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2005 C2S ~52k miles

 

For the record, for multiple months prior to these maintenance procedures, I noted an oil temperature of about 205 deg F, whether the ambient temperature was warm or cold. I could get the temp to go up by keeping the RPMs above 3000 for an extended time. Most of the time the needle just stayed pretty steady at 205.

 

The one day, saw leaking coolant from underneath the water pump. Decided to change the water pump and thermostat myself. I also changed some of the hoses that touch other about-to-be-changed-out parts. I changed the reservoir cap. The new thermostat was labelled as "71" and marked Motorad. I have no history of whether any prior coolant system work had been done by others.

 

When initially draining the coolant, I used the AirLift three additional times to pull fluid to the back end of the car to get a more empty system. Then I did the parts change out. Put everything back together. The system held its vacuum for at least five minutes. I then refilled with straight distilled water, intending to "flush" out the old, yellow-ish coolant since my new coolant was Audi G12 anti-gel "red". I took it for a 15 minute spin to mix up, and heat up, everything. I drained the diluted coolant three time with AirLifts in between.

 

It held vacuum again. Proceeded to add 3.3 gallons of straight G12 since that's what I calculated I needed (for appropriately 50/50 against a total capacity of 8.6 gallons). Finished/topped off with distilled water.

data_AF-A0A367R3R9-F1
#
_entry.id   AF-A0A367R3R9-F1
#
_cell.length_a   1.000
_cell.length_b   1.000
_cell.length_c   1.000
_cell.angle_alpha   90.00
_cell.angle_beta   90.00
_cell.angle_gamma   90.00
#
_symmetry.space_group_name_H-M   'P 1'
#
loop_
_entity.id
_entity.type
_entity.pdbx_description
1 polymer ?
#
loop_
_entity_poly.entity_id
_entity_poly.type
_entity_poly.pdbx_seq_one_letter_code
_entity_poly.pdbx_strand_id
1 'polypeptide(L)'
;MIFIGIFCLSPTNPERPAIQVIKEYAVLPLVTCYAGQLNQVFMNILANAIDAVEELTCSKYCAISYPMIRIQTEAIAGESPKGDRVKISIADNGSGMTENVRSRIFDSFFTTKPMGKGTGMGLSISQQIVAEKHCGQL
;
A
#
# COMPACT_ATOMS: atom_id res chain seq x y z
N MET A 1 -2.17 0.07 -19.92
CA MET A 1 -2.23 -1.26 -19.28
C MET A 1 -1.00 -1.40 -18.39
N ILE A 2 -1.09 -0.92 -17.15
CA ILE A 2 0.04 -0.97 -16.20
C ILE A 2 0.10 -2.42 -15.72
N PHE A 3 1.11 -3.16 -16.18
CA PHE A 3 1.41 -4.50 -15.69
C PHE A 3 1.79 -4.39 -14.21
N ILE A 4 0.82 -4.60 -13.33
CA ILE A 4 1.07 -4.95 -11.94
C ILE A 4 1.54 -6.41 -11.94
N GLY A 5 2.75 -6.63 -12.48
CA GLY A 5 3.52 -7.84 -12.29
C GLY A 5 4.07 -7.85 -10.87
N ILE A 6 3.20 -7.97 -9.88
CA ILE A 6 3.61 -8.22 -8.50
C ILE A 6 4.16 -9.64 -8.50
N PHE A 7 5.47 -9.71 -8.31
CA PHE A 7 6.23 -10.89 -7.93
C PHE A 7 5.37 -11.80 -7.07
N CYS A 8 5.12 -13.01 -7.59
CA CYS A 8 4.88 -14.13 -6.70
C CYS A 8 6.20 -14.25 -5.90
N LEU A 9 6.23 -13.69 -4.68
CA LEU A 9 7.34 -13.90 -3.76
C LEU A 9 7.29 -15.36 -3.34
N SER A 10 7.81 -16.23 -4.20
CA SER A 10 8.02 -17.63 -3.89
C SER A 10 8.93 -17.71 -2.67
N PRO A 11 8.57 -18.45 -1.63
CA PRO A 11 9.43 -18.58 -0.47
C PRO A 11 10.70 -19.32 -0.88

To try to get any potentially trapped air pockets out, I turned the heater on HI and fan on high. I'm now getting about 212-215 oil temperature and the needle seems to move (up and down) more often compared to the pre-change state.

 

I was really hoping for a reduction in oil temperature after the change-out because of the low temperature thermostat. What might explain why the "reduction" seems to have gone the other way?

 

Thanks for any insights you might provide.

 

 

 

PS: The bright side - there's no more leaking coolant. [Although I didn't hear much noise from the old water pump - when I had it on the bench I could tell the bearing was shot.]

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I will look up how to "burp" with Porsche system - not really sure what that entails. (Was really hoping that the Airlift would have eliminated this burping step. Oh well.)